And I want our opportunities to stay, this time.

Sunday, May 17, 2009

Born Again?

My brother woke up out of a dream about Chris the other night. He has never dreamed about Chris, before.

The two were lying side by side on a couch. Chris looked good, with his tossled hair, glasses and facial hair. Oddly, he was smoking a skinny cigar with a white waxy tip on the end of it.My brother said to Chris, "I love you! I am so glad you're my brother!" He ruffled Chris' hair and gave him a big kiss -- Mwah! -- on the head and then ruffled his hair, again. He then said to Chris, "Please take care of Robin. Promise me you will, okay?" Chris said, "Oh God, Always! In fact, I'm moving right in down the street, but she doesn't even know it."

My brother woke up.

I always believe that Chris is around me. Always. I know he is with a certainty that I cannot explain. This kind of knowing exists deep within my soul. I can feel him. I know he helps me. I know he loves me and, of course, I know I love him.

My brother left the message about the dream on my cellphone, and I listened to it as I was leaving work. I was overcome with emotion that I could not keep below the surface. My heart swelled and I felt very safe.

Maybe Chris is about to be born again. Maybe he's being born to someone who lives right up the street from me.

On the "Jonathan and Robin" front, we are in love. He's wonderful. I am so happy to be with him. I spent the night with him, last night and I'll be seeing him again, tomorrow. I couldn't be happier. My love continues to grow. My guilt continues to dissipate, albeit very slowly. I can feel myself relaxing and as a result, spending time with Jonathan is becoming more and more fun.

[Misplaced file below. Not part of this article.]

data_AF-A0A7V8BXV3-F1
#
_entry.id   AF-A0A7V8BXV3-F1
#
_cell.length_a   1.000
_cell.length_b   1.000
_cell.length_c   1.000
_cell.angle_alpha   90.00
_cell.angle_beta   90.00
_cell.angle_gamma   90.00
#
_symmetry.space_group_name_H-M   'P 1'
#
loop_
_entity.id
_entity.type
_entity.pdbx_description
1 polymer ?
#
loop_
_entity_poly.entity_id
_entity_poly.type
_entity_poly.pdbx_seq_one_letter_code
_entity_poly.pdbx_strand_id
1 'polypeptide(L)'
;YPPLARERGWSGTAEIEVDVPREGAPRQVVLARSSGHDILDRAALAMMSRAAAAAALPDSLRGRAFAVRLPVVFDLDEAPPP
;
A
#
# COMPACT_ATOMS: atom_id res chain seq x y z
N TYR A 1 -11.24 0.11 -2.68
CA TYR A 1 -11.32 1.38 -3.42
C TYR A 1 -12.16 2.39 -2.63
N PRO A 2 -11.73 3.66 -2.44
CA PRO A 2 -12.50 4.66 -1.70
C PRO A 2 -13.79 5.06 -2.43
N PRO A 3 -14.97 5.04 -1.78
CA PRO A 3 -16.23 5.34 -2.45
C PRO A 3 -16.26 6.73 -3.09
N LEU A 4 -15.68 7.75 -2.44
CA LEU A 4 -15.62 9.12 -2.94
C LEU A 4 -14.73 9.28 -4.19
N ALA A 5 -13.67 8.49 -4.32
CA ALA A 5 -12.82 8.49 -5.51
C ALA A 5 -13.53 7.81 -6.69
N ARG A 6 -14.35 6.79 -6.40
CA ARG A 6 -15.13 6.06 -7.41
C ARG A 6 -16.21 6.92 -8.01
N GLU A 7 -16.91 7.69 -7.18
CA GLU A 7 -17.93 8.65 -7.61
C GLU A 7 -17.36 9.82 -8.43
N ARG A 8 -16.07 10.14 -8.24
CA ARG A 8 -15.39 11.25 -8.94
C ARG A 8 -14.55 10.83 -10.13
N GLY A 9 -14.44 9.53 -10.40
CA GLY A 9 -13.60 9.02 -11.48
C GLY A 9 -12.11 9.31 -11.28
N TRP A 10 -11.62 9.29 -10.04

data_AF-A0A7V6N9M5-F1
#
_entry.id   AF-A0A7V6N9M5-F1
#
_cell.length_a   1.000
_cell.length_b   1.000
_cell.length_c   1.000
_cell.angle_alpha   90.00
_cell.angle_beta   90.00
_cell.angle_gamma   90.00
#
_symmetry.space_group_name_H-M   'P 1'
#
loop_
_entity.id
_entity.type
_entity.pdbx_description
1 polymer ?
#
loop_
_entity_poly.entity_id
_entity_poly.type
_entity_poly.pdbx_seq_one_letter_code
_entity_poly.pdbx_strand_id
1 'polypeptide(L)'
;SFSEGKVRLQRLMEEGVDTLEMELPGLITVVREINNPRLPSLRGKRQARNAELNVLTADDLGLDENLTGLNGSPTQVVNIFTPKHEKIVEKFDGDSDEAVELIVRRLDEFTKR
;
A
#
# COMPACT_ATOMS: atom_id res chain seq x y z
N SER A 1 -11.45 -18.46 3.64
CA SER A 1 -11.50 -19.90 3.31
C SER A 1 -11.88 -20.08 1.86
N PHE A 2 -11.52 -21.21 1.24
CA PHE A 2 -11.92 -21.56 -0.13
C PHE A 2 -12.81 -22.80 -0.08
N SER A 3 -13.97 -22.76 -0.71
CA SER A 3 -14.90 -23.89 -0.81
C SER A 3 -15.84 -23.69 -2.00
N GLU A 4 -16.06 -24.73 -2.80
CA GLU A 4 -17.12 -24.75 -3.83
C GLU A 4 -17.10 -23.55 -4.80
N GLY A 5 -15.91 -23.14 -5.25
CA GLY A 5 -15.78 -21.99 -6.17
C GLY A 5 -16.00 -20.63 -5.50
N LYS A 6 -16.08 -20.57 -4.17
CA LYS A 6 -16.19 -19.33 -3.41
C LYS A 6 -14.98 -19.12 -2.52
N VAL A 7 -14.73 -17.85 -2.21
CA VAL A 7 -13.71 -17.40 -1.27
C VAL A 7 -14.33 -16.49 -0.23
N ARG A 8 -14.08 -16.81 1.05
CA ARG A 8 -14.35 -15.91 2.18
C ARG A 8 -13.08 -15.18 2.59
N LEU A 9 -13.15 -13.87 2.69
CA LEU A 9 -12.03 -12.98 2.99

I am truly blessed.

Sunday, May 3, 2009

Sofa, so good.

I slept on my living room couch last night, which is something I had always done in my childhood whenever the common cold came calling. My mother and father’s bedroom was right off the living room, so if I cried in the middle of the night, they could hear me and come to comfort me with cold medicine and kind, loving words. I suppose the symbolism has lasted over the years, so whenever I’m feeling sad, I have a tendency to grab my pillow and blankets and head for the sofa, where I can still feel remnants of the safety that awaited me back then.

The thought didn’t dawn on me until now, but yesterday was my first birthday spent with another man since Chris died. When I woke up this morning, I couldn’t figure out why I felt so much anxiety and sadness. I took half of an Ativan, hoping to alleviate some of the heaviness in my heart, and I did for a while. I even went out to have lunch with two friends. I did some grocery shopping and then I was going to call Jonathan, but instead, I burst into tears. That’s when everything became clear to me.

I have a feeling I’m going to be experiencing “firsts” for a long, long time. I’m adjusting to a new life, learning to accept my tragedy and the fact that I did everything I could possibly do to help Chris, to make him comfortable and to take care of him while he was sick. I did.

Grief has always had a way with sneaking up on me when I’m not expecting it. I was supposed to call Jonathan after lunch, and I tried, but he didn’t answer his phone. Now that I have melted down, and recovered, and no longer sound like Rudolph after his father pushed the mud onto his nose, I think I can try again. Maybe we can just be together for a while.